Apple CEO Tim Cook has sent an internal email to every Apple employee to lay out more details on the company’s stance regarding its battle with the government over unlocking the accused San Bernardino shooter’s iPhone. The company has also launched a public FAQ page answering questions it has received about the government’s request and Apple’s security measures and stance on the issue.
In Cook’s letter to employees, which is titled “Thank you for your support,” Cook emphasizes Apple’s patriotism, its views on terrorism and civil liberties, and calls for a commission of experts to be formed to discuss the intersection of intelligence, technology, and civil liberties.
Tim Cook said that as individuals and as a company Apple has no sympathy for terrorists and in the event of terrorist incidents, it works with authorities to pursue justice for the victims. “And that’s exactly what we did,” he wrote. However, he says the FBI’s current request–that it help unlock an iPhone by creating software that could be used on other iPhones as well–is a step too far.
“This case is about much more than a single phone or a single investigation, so when we received the government’s order we knew we had to speak out,” he explains in the email. “At stake is the data security of hundreds of millions of law-abiding people, and setting a dangerous precedent that threatens everyone’s civil liberties.”
Cook notes that many in the government want the security in iOS to be downgraded to how it was before iOS 8, when Apple could more easily access a user’s stored data if it wanted to. He tells his employees “we all know that turning back the clock on that progress would be a terrible idea.”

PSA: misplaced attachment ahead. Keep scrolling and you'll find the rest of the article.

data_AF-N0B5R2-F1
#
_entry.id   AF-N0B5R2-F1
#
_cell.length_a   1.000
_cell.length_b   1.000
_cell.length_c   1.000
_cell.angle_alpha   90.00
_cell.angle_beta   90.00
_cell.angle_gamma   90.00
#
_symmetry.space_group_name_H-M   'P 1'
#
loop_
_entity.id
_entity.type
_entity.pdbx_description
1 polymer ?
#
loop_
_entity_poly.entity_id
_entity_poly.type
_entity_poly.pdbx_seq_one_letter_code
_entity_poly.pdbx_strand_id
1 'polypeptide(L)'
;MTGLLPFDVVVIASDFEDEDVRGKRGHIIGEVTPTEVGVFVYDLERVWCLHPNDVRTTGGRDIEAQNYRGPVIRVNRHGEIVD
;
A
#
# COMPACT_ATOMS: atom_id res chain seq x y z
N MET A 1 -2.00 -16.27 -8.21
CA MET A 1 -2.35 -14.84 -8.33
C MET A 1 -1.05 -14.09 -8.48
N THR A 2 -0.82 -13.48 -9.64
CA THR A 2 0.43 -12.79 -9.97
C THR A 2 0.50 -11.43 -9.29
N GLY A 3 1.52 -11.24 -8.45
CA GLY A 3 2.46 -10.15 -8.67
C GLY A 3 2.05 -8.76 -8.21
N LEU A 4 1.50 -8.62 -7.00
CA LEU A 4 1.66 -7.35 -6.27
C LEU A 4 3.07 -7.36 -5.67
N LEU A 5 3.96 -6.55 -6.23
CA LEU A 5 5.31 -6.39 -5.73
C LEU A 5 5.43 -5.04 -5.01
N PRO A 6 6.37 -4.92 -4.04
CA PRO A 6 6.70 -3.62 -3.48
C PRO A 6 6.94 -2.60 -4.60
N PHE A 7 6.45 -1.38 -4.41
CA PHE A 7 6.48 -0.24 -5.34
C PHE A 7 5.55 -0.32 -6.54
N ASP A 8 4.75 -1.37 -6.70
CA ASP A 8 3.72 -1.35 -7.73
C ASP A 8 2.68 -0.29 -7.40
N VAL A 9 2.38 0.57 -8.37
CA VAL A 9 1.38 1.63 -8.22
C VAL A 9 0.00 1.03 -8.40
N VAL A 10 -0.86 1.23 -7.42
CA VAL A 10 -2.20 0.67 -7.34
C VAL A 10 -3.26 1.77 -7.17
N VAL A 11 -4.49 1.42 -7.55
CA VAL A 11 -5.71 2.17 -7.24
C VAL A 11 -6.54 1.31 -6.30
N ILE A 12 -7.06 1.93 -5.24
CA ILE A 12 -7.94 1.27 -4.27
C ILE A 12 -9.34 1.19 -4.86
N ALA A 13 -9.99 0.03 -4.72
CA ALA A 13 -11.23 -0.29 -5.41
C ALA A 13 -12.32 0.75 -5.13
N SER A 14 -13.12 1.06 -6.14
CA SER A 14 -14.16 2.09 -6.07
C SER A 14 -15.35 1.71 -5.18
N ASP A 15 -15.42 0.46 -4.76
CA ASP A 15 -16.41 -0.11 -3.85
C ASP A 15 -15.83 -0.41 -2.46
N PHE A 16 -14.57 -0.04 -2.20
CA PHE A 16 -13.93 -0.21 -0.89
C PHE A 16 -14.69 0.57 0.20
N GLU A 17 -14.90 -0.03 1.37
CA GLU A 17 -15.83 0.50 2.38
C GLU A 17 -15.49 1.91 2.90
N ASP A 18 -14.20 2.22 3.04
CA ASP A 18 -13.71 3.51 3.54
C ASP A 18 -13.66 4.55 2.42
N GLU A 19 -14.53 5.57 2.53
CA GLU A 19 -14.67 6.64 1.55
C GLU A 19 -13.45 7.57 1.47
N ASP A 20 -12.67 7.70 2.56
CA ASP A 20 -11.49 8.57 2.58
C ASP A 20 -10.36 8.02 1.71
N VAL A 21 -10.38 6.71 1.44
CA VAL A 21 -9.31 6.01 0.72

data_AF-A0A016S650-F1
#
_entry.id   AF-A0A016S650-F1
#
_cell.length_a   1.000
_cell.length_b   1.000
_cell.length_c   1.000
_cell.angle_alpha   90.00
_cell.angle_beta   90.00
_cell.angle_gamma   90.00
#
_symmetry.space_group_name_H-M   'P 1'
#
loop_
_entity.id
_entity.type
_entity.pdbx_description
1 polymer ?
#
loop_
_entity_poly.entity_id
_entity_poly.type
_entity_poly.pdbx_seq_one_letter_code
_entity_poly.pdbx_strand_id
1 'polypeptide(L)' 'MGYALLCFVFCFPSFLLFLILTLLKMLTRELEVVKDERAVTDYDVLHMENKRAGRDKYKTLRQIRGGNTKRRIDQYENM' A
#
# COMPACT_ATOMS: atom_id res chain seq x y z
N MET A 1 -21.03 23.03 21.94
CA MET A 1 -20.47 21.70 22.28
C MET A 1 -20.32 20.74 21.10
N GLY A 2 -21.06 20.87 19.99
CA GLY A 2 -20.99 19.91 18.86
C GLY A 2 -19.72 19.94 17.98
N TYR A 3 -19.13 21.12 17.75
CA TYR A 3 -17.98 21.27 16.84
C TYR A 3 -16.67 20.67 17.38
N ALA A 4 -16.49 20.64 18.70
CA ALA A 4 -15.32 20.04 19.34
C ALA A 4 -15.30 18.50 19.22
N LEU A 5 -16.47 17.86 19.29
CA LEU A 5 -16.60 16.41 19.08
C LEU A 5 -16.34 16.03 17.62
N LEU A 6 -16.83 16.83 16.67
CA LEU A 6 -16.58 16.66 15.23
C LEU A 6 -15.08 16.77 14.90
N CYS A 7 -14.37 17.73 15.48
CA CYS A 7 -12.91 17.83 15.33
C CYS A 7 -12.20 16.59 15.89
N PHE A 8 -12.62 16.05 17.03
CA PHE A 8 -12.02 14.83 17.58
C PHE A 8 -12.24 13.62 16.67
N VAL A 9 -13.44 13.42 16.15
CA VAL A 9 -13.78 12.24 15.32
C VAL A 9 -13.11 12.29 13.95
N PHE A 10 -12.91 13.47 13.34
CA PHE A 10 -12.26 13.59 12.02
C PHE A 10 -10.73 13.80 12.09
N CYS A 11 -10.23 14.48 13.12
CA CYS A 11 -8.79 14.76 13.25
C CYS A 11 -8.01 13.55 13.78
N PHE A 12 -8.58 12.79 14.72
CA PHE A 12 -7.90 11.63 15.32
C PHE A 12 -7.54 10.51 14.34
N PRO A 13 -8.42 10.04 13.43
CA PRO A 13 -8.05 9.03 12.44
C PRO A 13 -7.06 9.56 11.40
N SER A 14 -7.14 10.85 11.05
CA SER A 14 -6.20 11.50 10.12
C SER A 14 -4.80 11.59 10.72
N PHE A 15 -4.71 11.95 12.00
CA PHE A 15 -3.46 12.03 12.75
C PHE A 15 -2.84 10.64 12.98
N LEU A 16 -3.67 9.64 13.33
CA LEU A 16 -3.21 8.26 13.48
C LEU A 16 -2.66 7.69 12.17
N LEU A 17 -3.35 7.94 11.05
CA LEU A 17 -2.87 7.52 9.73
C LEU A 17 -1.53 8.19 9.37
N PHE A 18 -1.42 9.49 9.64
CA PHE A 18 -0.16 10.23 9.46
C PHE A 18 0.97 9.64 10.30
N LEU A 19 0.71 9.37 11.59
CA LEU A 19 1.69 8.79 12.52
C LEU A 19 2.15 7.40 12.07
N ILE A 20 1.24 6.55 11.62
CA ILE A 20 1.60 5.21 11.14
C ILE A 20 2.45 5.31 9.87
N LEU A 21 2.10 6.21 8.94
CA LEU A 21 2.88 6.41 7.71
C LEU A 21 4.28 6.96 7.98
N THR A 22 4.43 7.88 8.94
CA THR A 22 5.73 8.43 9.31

He notes that in the past week he’s received letters of support from all 50 states–from app developers as young as 13 and from Army veterans with 30 years of experience. He also notes that he’s heard from many Apple employees on the matter and is especially grateful for their support.
Cook goes on to reveal that the company has launched a new public FAQ page, which he encourages his employees to read, because “Many people still have questions about the case and we want to make sure they understand the facts.”
He also lays out his idea of what the best possible outcome could be:
“We feel the best way forward would be for the government to withdraw its demands under the All Writs Act and, as some in Congress have proposed, form a commission or other panel of experts on intelligence, technology and civil liberties to discuss the implications for law enforcement, national security, privacy and personal freedoms,” he says, noting that “Apple would gladly participate in such an effort.”
Cook also notes that Apple is a “uniquely American company” and that it doesn’t feel right “to be on the opposite side of the government in a case centering on the freedoms and liberties that government is meant to protect.”
He ends the letter by saying that customers trust Apple to keep their data, which is an increasingly important part of their lives, safe. “You do an incredible job protecting them with the features we design into our products,” he writes. “Thank you.”